Review: Roll and release yoga workshop

Paying attention to the aches and pains of our bodies day-to-day is a vital first-step in performing self-care. By listening to our bodies, we are able to remedy any issues it highlights for us. Lizzie, one of our Brighton Girls, was invited to pick up some new techniques and exercises to include in her own routine by attending the new Roll & Release workshop instructed by Veerle Geuens at The Float Spa.

Roll and Release teaches the art of fascia unwinding through breathing exercises and some very simple self-massage techniques combined with gentle asanas. Before delving right into the exercises and techniques, however, it's first important to understand exactly what they aim to remedy:

What is fascia?

Fascia has only been properly researched in the last twenty years, with the research highlighting the fascia's great importance when looking at the body’s anatomy. Fascia is the connective tissue in the body that covers muscle, bone, nerves and so on from head to toe as one continuous structure. It has an appearance similar to a spider’s web and can be greatly influenced by our mood and physical activity.

As related to these, it can become stiff and cause pain and/or density in the affected areas. By keeping our fascia happy and healthy throughout our body, however, it is possible to relieve these tensions and enable the body to move freely as it should.

Rolling and releasing

The techniques themselves are simple and can involve tools such as rollers, myofascial balls, blocks or tennis balls. In this workshop, Veerle taught how to slowly and gently roll different parts of the body using a block and/or tennis balls, targeting tougher spots for longer where possible.

We worked from our toes all the way to the nape of the neck, always breathing in through our nose and out through our mouth as we worked on each body part, incorporating asanas in between to stretch and ease the areas being worked on.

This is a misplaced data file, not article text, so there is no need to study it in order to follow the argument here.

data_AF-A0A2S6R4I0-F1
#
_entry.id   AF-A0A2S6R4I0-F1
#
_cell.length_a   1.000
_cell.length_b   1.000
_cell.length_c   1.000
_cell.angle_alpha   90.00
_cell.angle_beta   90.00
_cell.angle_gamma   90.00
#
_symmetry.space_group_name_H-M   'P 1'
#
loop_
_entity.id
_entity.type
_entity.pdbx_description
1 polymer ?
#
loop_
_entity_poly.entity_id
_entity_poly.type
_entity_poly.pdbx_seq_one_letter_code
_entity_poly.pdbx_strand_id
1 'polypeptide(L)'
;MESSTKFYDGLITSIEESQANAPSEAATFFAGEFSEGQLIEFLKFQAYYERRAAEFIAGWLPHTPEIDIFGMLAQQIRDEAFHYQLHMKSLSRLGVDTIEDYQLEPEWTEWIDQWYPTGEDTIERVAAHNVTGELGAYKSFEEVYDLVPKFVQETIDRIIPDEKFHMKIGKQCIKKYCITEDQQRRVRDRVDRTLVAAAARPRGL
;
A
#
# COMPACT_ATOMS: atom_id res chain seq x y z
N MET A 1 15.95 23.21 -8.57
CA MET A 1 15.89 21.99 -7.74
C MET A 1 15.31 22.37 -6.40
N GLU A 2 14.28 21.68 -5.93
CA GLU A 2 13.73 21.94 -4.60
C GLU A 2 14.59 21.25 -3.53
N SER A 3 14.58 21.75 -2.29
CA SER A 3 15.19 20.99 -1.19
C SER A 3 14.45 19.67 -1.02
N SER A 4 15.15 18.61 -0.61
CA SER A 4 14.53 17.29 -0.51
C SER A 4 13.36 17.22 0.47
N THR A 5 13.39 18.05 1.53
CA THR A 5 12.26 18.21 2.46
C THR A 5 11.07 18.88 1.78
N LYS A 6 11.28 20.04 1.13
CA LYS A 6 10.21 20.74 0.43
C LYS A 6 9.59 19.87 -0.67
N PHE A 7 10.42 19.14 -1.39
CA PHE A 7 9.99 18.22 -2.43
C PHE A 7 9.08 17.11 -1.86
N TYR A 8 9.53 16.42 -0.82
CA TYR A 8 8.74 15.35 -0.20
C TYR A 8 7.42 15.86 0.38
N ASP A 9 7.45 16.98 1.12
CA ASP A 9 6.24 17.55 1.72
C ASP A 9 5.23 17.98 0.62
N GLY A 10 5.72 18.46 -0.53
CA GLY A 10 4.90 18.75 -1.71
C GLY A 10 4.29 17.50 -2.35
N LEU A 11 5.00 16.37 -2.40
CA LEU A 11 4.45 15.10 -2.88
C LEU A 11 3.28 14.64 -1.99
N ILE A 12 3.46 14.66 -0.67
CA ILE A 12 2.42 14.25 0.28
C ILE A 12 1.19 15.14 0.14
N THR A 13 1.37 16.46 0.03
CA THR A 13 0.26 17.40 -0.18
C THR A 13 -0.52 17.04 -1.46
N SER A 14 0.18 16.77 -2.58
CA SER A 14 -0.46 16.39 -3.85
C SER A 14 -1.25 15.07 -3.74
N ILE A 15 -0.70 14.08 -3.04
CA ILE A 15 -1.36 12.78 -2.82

Something I realised midway through the workshop was that as I rolled the top part of my left leg from side to side on the edge of my block, I hadn't anticipated hitting such a tense ‘spicy spot’, as Veerle calls it.

As a yogini and gym-goer, it shouldn’t have been a surprise. Focusing attention on these particular areas were tough, but the floaty feeling felt by the end of the workshop was like having a suit of armour lifted from my body.

I discovered so many ways to use one or two tennis balls on different parts of the body - including the glutes, the chest and the nape. Applying gentle pressure on these areas is very satisfying.

Top tip: keep some tennis balls under your office desk to massage your feet - a body part we easily ignore but really shouldn’t!

The workshop introduced me to the importance of fascia, with the techniques helping me understand my body much better. I left The Float Spa feeling totally and utterly relaxed. Now, I’m off to buy some tennis balls to keep under my office desk. Thanks Veerle!

Get in touch with Veerle Geuens

Veerle’s next workshop at The Float Spa will be the Autumn Restore and Renew Yoga Workshop on 13th November. To find out more about this workshop, Roll & Release or any other workshops/classes that Veerle Geuens teaches, please visit her website: www.namoyoga.be

Written by Lizzie P.A.

Lizzie is a Digital Marketer who also writes a lifestyle blog, check it out at www.pereyrey.com. Follow her on Twitter @pereyrey.